Try These Real Food Substitutes for Gels, Sports Drinks, and More

Try These Real Food Substitutes for Gels, Sports Drinks, and More
Photo: MBLifestyle, Shutterstock
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Gels, bars, sports drinks, and shakes are all wonderful inventions, letting us get the right nutrients in our bodies at the right times while we’re working out. But regular plain old food works just as well, in many cases — and it’s often cheaper.

What to try in place of gels

If you go for long runs or bike rides, gels (like Gu) or sports chews (like Clif Shot Bloks) can provide some easy carbs while you’re moving. But since they’re basically just sugar, you can easily substitute any other easy-to-eat carb.

I learned from the other runners in a marathon training group that fruit snacks are an easy, cheap substitute for the gels we kept downing. Go to the cereal section of the grocery store, and you’ll find them prepackaged for kids’ lunchboxes.

Almost any kind of candy can work, honestly; just find something with about the right amount of carbohydrate (you’ll want around 30 to 60 grams of carbs per hour after the first hour, depending on your body size) and not too much fat or protein. Starchy foods count, too; pretzels and gummy bears both supply mid-workout carbs.

Make sure you’ll be able to eat it while on the move; for many of us that rules out anything that takes a lot of chewing or that will crunch and splinter as you eat it, like chips. Some trail runners love raisins. Just make sure to try new things a little at a time, in case your pick doesn’t agree with your gut.

What to try in place of sports drinks

A drink like Gatorade does three things that water doesn’t: it provides you with carbs (sugar) for intra-workout nutrition; it provides sodium to replace the salt that you’re sweating out; and it typically provides a few other electrolytes, like potassium.

If you’re not working out long or hard enough to lose a large amount of sweat, water is probably fine. For carbs, see our suggestions above for candy or starchy foods.

When it comes to electrolytes, you have options. Watering down Gatorade tends to be easier on your stomach, if you’re drinking a lot of it. You can also use an electrolyte powder or tablet, like Nuun or Liquid IV. But what if you want electrolytes from real food?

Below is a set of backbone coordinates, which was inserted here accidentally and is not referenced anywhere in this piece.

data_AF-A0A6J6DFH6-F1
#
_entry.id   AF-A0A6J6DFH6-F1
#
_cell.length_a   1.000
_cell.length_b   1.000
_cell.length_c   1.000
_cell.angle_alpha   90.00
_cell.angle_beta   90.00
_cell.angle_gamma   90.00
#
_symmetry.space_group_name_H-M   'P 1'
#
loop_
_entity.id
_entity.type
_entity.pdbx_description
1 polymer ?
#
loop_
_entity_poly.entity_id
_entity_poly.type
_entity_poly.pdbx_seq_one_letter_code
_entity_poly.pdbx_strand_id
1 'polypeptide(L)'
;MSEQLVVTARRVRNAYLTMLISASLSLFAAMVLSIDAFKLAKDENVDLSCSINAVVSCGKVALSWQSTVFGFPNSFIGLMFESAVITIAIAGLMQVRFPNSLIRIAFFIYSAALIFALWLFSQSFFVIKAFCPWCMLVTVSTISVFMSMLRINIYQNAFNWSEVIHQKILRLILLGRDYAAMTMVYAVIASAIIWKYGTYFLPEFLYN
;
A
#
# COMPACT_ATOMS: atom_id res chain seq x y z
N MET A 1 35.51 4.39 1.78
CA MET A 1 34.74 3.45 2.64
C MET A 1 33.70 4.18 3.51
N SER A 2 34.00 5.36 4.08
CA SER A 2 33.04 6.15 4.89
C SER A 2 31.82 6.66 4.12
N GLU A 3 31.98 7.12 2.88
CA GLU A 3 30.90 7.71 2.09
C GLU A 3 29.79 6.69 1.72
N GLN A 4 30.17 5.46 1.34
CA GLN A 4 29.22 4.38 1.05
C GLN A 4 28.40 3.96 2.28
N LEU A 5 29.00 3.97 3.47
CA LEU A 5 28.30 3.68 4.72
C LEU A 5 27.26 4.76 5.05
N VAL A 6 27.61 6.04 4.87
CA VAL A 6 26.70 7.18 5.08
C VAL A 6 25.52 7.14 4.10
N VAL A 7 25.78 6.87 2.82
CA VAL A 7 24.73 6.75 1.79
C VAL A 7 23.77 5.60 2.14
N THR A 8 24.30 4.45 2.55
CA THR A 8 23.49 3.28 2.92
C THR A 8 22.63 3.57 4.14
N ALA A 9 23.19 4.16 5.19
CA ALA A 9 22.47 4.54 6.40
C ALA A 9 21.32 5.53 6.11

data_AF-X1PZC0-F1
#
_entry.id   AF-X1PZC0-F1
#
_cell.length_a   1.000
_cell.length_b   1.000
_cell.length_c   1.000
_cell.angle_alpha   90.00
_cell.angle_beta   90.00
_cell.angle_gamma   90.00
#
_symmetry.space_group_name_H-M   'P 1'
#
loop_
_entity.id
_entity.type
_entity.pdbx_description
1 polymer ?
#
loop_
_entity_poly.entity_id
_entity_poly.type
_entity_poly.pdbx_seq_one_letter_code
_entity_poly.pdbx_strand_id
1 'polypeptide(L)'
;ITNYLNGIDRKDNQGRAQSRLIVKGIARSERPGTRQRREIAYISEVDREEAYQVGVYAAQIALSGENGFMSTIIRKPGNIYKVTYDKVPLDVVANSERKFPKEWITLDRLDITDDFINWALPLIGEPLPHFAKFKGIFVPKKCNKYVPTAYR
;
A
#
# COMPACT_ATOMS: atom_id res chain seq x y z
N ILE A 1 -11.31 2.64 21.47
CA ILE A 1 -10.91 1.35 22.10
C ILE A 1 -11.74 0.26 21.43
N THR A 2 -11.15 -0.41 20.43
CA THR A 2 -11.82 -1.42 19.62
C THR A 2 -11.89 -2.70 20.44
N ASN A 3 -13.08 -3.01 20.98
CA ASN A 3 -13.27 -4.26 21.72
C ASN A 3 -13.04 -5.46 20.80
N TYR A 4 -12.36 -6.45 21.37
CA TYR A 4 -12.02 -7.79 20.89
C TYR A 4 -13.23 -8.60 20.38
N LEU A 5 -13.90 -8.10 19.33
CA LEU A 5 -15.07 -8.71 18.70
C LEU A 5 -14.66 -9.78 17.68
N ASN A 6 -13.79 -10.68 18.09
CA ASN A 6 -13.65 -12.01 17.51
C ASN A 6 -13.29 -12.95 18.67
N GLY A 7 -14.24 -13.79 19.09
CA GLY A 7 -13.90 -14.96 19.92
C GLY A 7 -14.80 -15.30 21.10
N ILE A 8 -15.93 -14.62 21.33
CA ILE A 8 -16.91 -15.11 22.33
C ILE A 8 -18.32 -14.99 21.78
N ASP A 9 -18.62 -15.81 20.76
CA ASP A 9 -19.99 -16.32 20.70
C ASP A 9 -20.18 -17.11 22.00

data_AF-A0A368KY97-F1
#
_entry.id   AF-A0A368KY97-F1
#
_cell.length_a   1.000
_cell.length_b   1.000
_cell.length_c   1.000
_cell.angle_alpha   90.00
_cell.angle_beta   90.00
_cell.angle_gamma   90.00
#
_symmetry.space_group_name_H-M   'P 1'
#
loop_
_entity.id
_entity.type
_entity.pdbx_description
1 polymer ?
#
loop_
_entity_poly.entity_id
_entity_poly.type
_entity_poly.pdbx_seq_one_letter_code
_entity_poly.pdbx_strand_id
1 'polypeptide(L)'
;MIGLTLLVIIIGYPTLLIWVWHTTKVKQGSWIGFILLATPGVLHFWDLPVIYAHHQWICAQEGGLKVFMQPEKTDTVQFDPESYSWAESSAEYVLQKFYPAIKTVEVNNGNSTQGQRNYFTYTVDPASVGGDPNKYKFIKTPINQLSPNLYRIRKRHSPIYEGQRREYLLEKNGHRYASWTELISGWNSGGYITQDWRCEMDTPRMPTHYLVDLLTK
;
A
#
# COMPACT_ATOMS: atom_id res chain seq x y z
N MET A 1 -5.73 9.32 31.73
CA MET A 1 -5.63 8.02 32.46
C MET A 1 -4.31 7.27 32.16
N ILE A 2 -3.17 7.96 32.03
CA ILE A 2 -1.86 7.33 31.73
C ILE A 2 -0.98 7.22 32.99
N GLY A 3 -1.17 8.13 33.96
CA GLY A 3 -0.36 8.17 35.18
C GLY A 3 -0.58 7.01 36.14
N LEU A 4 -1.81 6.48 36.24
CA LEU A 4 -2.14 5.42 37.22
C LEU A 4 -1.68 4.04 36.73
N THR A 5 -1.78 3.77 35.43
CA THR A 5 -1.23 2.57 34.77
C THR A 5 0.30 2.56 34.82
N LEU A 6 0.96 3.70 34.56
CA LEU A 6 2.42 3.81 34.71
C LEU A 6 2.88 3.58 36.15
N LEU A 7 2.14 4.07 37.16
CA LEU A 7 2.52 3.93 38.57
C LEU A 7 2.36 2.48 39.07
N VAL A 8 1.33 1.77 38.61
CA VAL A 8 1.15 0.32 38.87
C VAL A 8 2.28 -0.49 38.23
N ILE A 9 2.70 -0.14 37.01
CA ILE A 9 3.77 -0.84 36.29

Fortunately, most of us don’t need to work too hard to replace electrolytes. If you’re just exercising for an hour or two, water is enough and your next meal should be able to supply sodium and potassium just fine. If you’re concerned, though, a salty snack like pretzels or chips can provide carbs as well as sodium. And a banana has 422 milligrams of potassium, compared to 30 milligrams in a serving of sports drink.

What to try pre-workout

If you just don’t feel at home at the gym without a scoop of fruity, caffeinated powder beforehand, it’s going to be hard to replace that exact feeling. Many pre-workouts contain beta-alanine, which can cause an itchy-tingling sensation in your skin; I can’t think of a food that does that.

But the main reason many people use a pre-workout is for the caffeine. That’s what’s behind the idea of using it for an “energy” boost. You can easily replace pre-workout with any other source of caffeine, though, like coffee.

Just check the amount: a scoop of C4 contains 150 milligrams of caffeine, which is roughly a cup or a cup and a half of strong coffee (coffee’s caffeine content varies with the bean, the roast, and other factors, so it’s hard to pin down precisely).

How Bad Is It to Eat the Same Thing Every Day?

Meal planning is a lot easier when you’re OK with eating the exact same meals every day. On the other hand, variety is one of the keystones of a healthy diet. So how bad is it, really, if you eat the same thing all the time?

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Protein shakes and bars

Protein powder is a convenient way to get extra protein in your diet, but there’s nothing special about drinking your protein in shake form. The story is similar for protein bars. A scoop of protein powder often has about 20 grams of protein, and most protein bars have between 10 and 20 grams of protein.

You can choose the bar or the shake for convenience, but don’t think that the amount of protein you’re getting is anything special. An 85 gram serving of chicken breast, about the size of a deck of cards, has 27 grams of protein; an egg has six; a can of tuna has 20; a small container of nonfat Greek yogurt has 17. So serve yourself any of these protein-rich foods (or another of your choice) and you don’t need the bar or the shake.

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